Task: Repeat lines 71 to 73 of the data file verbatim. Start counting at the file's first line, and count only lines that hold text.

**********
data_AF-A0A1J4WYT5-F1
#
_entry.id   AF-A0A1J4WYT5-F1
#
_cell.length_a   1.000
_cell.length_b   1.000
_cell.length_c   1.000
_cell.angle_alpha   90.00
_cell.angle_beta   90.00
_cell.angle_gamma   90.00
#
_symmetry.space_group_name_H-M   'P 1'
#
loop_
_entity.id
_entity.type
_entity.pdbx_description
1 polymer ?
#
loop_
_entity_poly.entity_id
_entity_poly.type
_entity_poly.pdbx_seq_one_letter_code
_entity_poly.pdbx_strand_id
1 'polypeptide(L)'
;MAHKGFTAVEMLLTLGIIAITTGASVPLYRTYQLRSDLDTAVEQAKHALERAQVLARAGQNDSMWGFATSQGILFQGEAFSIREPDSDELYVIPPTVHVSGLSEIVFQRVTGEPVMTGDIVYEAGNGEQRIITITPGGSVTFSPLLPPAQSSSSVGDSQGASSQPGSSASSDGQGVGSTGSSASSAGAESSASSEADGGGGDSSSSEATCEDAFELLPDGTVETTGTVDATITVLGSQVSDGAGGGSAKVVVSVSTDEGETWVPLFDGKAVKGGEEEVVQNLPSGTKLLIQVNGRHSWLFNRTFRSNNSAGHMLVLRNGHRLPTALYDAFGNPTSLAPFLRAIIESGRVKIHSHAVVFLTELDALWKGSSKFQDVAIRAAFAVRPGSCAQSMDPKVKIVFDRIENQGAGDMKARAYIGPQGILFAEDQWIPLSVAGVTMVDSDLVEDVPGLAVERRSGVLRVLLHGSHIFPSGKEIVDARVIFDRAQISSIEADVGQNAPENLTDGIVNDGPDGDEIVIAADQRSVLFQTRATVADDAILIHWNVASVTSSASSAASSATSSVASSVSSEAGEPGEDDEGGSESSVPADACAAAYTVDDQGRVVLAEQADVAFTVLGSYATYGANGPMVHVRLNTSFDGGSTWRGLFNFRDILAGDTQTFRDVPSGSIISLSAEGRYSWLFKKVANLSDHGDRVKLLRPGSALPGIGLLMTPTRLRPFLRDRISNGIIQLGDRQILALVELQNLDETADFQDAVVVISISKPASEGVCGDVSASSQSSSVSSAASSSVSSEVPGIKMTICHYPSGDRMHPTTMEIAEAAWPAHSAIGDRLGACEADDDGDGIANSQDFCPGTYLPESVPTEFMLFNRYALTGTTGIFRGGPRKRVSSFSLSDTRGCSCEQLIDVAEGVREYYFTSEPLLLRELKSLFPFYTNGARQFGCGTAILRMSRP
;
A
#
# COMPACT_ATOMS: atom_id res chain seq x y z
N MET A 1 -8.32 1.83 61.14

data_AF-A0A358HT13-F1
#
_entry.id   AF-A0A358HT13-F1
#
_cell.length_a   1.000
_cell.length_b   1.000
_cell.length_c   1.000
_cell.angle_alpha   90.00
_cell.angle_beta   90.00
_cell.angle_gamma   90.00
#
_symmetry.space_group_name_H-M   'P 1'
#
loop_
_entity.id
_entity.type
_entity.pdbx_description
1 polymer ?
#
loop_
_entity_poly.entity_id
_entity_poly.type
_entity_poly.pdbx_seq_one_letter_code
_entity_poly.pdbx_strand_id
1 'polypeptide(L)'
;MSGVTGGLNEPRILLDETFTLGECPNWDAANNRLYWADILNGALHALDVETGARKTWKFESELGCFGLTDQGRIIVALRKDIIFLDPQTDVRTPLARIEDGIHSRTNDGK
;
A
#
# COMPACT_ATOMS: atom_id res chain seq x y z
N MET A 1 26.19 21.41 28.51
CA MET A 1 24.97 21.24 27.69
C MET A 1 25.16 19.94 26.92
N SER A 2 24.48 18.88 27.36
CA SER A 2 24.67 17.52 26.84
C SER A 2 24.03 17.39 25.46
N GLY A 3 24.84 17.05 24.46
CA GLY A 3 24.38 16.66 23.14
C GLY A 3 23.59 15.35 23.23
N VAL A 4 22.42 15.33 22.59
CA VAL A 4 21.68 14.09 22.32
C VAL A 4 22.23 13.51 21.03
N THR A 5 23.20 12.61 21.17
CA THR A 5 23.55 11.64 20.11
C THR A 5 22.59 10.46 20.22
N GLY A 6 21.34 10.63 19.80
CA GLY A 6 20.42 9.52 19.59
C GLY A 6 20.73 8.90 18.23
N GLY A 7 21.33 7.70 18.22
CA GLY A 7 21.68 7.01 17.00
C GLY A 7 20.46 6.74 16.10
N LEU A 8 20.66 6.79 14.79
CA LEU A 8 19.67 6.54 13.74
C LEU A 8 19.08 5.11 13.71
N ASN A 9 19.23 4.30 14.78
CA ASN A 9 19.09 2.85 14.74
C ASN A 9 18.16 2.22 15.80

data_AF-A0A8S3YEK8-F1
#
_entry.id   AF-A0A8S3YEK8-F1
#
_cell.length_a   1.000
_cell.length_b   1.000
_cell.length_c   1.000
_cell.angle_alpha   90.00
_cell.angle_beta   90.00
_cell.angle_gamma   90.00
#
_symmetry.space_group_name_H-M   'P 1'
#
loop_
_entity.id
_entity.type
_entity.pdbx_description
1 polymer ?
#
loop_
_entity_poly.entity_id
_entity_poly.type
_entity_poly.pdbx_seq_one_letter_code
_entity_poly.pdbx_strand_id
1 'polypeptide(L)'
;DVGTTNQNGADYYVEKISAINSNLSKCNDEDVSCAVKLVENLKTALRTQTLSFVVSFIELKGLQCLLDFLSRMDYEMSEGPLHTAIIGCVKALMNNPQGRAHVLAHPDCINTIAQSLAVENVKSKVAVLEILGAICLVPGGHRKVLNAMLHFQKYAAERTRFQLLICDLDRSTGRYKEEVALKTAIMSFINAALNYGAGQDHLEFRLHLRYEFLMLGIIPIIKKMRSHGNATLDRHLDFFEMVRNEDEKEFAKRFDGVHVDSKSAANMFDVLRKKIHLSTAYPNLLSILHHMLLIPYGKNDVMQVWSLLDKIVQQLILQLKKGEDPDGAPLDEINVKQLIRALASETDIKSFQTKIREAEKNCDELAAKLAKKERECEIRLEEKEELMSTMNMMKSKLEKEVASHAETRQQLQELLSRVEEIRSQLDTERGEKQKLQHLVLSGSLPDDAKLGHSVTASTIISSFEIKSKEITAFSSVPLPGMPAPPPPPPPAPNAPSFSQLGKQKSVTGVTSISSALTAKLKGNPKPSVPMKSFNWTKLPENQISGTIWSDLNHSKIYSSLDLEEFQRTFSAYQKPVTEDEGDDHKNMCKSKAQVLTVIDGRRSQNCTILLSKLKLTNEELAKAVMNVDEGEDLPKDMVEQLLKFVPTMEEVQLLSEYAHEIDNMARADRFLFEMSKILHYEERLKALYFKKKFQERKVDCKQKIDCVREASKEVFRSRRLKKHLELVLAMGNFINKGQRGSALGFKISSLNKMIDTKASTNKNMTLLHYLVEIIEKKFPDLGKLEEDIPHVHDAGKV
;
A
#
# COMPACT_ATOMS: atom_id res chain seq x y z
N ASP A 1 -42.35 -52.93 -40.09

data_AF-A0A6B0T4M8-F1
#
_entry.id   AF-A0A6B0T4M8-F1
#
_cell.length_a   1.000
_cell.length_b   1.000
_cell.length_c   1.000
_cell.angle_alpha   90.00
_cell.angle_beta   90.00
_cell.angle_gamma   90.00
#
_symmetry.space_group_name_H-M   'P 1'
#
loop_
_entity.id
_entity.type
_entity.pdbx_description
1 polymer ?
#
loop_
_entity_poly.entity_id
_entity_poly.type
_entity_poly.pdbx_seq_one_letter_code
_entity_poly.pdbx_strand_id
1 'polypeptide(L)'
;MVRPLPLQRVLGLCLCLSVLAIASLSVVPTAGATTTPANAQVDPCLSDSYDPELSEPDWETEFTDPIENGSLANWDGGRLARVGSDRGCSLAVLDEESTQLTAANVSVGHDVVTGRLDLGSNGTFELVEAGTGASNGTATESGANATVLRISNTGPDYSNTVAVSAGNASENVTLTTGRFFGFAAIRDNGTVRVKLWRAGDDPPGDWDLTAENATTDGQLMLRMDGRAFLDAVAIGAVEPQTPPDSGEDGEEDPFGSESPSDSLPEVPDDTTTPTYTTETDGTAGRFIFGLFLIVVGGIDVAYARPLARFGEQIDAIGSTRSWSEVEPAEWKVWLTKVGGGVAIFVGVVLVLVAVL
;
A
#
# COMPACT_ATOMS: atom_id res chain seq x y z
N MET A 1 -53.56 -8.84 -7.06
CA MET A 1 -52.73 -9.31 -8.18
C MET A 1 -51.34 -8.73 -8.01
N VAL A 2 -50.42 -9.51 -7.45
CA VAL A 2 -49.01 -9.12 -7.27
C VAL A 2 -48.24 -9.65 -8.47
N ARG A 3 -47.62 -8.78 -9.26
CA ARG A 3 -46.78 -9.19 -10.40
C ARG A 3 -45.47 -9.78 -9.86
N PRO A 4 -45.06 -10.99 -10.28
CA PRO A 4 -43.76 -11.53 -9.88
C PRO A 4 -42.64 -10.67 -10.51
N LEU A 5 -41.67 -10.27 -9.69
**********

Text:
N VAL A 4 22.42 15.33 22.59
CA VAL A 4 21.68 14.09 22.32
C VAL A 4 22.23 13.51 21.03